Radhika pauses for breath, then further articulates her point through an adorable analogy involving puppies. “I mean, like, if you had a small dog with one ear longer than the other, you wouldn’t go cut off or change the ear right? In fact, you’ll probably find it incredibly adorable! But we’ve made ourselves so miserable by holding our bodies to such horrible regulations...”
Radhika says she “feels bad” for the current generation, which is exposed to far more pressure to conform, thanks to social media. I ask what micro and macro changes she thinks might help improve the situation, and Radhika shakes her head. “I might sound like a pessimist, but I don’t think things are ever going to change,” she says solemnly. “But I do think people can work on changing themselves, and just learning to love and accept their bodies. Acceptance is not a sign of failure, you know, it’s actually a sign of winning, so I think that will make them happier.” And then, she submits a cautionary prediction of a dystopian future...“The way things are changing, I wouldn’t be surprised if people started designing their children’s looks before the birth, like using technology to craft the DNA so that the child has a specific nose or breasts... And then everybody might start looking the same. I don’t know... all I’m saying is that I don’t see us ever being less obsessed with looks.”
In sharp contrast to a worrying world abounding with genetically engineered babies, is Radhika’s current state of mind. The actor says she is “very happy” and feels “younger”. Part of this joy is owed to two years of Covid-induced isolation in the UK, with her husband, British violist Benedict Taylor. For many years, Radhika shuttled between Mumbai and UK, but it was in 2020 that she took a conscious sabbatical and didn’t sign any new work. “That time away from Bollywood changed many things for me. I changed...and my priorities changed,” she reveals, adding that in the past, even the idea of taking a break would have freaked her out. “I just refuse to be a part of this Bollywood rat race anymore. There is constant anxiety, a constant need to work. You keep telling yourself that you love it, because everybody around you loves it, but the break made me realise that I wasn’t really enjoying a lot of it... You do a lot of things because you have to keep up, because you’re watching what other people are doing, and you just can’t live life like that. You know, if I was asked to repeat the last decade, I don’t think I’d want to repeat it... I want to learn new things, I want to do things that challenge me, mentally, intellectually, and physically.”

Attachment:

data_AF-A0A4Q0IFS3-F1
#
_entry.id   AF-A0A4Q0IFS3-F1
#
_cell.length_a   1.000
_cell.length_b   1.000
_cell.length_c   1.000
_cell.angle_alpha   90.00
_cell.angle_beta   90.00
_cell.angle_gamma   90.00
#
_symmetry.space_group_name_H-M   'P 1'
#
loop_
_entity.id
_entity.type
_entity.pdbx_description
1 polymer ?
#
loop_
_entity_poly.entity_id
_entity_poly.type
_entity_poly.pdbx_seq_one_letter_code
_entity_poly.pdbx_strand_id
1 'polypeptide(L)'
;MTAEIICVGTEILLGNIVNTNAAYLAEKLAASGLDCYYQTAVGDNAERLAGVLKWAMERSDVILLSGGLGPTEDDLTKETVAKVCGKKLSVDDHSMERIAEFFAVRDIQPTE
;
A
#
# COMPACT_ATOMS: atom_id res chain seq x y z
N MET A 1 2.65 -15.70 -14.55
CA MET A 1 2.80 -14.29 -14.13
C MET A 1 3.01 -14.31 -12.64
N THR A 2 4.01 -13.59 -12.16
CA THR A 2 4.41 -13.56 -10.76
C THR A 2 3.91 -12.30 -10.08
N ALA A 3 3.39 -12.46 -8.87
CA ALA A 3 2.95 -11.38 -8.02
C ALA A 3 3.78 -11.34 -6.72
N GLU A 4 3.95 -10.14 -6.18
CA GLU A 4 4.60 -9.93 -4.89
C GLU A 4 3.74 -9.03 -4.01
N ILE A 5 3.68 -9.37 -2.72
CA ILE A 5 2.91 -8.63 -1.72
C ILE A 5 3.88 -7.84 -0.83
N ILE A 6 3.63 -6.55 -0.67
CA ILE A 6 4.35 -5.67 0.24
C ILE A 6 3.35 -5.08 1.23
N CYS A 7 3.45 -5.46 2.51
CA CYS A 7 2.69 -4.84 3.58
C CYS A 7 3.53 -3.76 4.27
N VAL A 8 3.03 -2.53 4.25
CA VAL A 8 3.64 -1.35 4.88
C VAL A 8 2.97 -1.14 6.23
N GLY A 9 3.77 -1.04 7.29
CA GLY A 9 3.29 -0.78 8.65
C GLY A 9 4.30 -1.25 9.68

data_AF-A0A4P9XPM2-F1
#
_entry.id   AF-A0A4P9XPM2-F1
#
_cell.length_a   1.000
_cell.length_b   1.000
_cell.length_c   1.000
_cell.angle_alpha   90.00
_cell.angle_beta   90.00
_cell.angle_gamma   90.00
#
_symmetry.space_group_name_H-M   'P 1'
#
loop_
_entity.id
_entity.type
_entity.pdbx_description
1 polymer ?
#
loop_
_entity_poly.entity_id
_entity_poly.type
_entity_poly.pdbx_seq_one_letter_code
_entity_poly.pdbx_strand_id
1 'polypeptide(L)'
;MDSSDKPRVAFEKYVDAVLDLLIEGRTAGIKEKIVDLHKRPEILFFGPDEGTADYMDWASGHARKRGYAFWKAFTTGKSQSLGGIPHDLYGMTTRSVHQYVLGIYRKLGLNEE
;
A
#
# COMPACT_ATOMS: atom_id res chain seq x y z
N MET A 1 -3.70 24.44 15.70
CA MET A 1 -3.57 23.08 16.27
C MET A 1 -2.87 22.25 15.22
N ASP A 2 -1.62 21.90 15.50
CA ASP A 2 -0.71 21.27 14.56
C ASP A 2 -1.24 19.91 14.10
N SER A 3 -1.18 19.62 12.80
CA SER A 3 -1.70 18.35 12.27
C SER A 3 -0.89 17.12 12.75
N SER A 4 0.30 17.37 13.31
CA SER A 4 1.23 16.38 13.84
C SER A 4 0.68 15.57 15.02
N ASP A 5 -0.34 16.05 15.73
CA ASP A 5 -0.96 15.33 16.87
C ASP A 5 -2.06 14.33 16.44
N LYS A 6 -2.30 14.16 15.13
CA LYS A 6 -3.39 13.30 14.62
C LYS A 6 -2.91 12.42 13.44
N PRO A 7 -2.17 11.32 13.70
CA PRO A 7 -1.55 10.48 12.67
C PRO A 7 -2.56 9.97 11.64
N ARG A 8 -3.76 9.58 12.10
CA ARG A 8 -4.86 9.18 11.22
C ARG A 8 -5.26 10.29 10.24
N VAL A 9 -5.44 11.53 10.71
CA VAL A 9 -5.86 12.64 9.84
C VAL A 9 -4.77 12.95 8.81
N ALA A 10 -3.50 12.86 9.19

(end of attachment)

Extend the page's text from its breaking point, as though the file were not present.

There is another reason why the Pad Man and Lust Stories actor is in a good place—she has recently taken up writing, a creative endeavour that brings her both great calm and great frustration. “I’ve been practising, and I write for six to eight hours every day. And I’m not saying I’m a good writer...I write like crap. But I’m trying to write for a project that I would like to make, and it’s very nice because I’m learning something, while being engaged in a creative activity. And you don’t feel that stress of, ‘Oh my God, I have to do this and I have to do that’. I really want to do something that brings me joy, that makes me want to wake up and feel excited.”